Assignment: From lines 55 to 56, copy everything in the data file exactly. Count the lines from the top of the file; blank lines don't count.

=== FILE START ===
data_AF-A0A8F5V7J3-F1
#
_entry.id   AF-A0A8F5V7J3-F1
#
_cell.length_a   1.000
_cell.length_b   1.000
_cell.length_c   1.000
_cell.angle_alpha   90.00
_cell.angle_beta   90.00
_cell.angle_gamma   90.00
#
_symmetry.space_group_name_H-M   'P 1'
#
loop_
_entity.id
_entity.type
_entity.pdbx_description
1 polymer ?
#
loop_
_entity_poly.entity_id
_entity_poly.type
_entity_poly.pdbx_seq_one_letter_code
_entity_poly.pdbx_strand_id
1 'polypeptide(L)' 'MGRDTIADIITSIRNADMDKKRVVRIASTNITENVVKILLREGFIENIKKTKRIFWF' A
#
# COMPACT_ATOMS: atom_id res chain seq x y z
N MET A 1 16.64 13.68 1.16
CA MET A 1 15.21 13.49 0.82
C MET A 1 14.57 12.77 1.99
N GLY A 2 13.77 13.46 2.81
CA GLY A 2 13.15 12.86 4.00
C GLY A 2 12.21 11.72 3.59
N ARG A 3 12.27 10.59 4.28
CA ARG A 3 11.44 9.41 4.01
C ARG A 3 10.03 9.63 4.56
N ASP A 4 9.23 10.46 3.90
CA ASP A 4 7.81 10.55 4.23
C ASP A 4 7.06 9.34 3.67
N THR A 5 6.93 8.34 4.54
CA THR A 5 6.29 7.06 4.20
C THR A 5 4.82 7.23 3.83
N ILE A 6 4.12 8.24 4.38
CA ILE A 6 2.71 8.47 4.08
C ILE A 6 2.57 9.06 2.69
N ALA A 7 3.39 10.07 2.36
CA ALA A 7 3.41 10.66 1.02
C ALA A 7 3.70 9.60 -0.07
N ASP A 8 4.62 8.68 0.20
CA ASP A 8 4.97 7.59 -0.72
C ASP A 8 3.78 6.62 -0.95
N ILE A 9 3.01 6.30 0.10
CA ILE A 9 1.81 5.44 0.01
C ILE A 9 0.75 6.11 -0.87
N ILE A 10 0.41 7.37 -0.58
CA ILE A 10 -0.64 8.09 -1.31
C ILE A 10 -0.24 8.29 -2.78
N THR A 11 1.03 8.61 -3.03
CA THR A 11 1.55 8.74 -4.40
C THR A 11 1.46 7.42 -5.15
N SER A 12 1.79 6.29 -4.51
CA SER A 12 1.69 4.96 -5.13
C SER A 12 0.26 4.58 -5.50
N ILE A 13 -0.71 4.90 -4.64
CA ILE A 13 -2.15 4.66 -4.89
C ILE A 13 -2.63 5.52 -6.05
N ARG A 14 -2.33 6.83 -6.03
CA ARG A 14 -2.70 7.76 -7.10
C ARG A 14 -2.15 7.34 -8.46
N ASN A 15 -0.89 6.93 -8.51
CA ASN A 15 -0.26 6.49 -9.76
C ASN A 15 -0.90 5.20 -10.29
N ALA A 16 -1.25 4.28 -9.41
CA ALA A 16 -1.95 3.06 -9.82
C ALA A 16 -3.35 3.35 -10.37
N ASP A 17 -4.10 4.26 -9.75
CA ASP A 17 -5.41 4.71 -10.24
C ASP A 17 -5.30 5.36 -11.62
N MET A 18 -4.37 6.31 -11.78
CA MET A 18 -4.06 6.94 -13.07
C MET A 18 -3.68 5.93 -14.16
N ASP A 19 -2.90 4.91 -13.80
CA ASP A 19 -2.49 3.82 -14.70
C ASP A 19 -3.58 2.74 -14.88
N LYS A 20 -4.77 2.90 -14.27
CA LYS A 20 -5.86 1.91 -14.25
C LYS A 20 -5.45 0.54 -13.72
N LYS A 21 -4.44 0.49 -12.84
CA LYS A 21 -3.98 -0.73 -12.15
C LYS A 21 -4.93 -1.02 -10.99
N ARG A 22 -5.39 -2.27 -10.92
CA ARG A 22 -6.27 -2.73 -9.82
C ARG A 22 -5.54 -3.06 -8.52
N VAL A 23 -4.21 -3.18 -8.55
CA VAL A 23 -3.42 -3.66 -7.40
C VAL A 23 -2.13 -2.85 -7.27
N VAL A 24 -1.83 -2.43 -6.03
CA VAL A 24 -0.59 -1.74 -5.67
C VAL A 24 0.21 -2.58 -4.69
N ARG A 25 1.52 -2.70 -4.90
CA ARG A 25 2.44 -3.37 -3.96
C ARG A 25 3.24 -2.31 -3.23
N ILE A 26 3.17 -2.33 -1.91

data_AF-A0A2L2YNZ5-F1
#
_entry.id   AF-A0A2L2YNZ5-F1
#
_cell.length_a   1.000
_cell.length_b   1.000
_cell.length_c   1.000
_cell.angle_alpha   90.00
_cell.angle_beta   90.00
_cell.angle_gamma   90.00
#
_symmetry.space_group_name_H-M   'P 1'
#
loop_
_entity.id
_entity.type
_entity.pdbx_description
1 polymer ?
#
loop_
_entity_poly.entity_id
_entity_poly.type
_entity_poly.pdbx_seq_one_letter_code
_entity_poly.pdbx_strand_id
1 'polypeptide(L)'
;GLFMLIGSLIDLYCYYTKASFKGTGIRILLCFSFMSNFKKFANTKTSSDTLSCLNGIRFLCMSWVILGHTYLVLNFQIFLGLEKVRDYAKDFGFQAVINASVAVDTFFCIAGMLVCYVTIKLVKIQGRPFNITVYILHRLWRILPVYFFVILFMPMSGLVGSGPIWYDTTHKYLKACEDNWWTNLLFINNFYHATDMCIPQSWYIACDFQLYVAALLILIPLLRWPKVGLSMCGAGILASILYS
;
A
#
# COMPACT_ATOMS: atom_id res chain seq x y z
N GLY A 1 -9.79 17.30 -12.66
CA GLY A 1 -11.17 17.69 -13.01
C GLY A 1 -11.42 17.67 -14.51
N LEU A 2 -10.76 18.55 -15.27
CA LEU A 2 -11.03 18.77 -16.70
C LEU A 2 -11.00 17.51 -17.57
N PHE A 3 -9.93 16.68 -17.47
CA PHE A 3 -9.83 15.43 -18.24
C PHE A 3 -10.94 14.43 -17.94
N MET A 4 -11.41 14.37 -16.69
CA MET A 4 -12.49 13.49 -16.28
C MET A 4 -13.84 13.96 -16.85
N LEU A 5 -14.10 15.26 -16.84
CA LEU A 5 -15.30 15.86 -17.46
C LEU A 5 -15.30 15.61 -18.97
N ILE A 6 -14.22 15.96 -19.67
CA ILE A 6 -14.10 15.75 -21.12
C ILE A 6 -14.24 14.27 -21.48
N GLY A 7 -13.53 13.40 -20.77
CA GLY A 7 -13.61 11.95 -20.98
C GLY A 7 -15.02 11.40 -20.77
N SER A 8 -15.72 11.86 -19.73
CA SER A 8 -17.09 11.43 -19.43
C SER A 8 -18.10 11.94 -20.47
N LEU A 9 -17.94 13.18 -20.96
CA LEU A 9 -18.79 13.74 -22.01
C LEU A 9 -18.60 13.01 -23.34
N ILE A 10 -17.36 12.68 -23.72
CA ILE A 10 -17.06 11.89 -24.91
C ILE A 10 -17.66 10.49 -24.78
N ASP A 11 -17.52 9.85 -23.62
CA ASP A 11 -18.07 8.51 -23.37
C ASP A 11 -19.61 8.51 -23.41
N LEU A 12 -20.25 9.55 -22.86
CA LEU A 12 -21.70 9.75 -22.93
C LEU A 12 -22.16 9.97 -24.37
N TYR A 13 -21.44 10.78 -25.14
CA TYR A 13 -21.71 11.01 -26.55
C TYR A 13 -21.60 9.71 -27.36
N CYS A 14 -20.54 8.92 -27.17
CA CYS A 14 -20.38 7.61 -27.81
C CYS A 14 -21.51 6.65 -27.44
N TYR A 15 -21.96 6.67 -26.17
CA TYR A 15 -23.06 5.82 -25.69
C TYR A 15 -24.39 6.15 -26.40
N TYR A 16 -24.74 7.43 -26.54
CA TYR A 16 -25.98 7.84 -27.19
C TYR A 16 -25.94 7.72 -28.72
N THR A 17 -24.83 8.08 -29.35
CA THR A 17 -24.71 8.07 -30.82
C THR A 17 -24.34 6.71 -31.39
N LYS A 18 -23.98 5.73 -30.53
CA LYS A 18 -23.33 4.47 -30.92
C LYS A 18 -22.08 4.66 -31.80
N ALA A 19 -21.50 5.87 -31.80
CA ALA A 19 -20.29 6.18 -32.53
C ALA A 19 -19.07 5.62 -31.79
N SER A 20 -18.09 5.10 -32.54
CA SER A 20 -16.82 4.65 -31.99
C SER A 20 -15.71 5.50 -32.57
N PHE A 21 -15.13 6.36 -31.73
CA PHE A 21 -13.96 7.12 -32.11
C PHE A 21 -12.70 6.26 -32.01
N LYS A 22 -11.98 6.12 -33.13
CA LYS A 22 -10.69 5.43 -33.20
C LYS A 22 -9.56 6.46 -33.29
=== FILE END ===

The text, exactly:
N ILE A 10 0.41 7.37 -0.58
CA ILE A 10 -0.64 8.09 -1.31